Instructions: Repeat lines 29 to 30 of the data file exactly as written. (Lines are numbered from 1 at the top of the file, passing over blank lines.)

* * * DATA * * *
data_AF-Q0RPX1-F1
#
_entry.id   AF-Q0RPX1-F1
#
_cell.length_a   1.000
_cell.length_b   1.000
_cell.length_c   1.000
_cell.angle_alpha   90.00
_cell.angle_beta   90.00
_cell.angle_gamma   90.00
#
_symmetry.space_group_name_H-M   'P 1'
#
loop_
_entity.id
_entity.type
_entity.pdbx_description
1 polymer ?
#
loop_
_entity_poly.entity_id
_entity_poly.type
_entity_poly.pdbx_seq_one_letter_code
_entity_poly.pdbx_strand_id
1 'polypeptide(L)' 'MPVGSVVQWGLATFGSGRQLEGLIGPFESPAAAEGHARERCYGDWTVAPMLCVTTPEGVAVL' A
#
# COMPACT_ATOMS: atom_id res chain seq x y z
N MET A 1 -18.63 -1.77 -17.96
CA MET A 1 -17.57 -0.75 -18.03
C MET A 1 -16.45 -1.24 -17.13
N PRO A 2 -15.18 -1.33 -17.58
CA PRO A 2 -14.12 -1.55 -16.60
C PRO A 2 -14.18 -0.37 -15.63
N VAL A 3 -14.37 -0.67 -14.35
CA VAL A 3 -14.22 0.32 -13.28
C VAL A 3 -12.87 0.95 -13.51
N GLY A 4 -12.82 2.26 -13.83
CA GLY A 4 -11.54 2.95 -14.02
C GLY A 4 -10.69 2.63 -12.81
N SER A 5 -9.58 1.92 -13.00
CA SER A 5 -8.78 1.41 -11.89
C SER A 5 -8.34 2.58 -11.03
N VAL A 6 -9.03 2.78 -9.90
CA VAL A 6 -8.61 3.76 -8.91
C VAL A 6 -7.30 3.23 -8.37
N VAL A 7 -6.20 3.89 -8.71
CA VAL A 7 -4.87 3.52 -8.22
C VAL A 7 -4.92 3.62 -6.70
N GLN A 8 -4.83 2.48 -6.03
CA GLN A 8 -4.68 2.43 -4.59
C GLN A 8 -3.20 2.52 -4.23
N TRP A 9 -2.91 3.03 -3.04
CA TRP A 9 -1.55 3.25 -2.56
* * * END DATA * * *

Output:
CA MET A 1 -17.57 -0.75 -18.03
C MET A 1 -16.45 -1.24 -17.13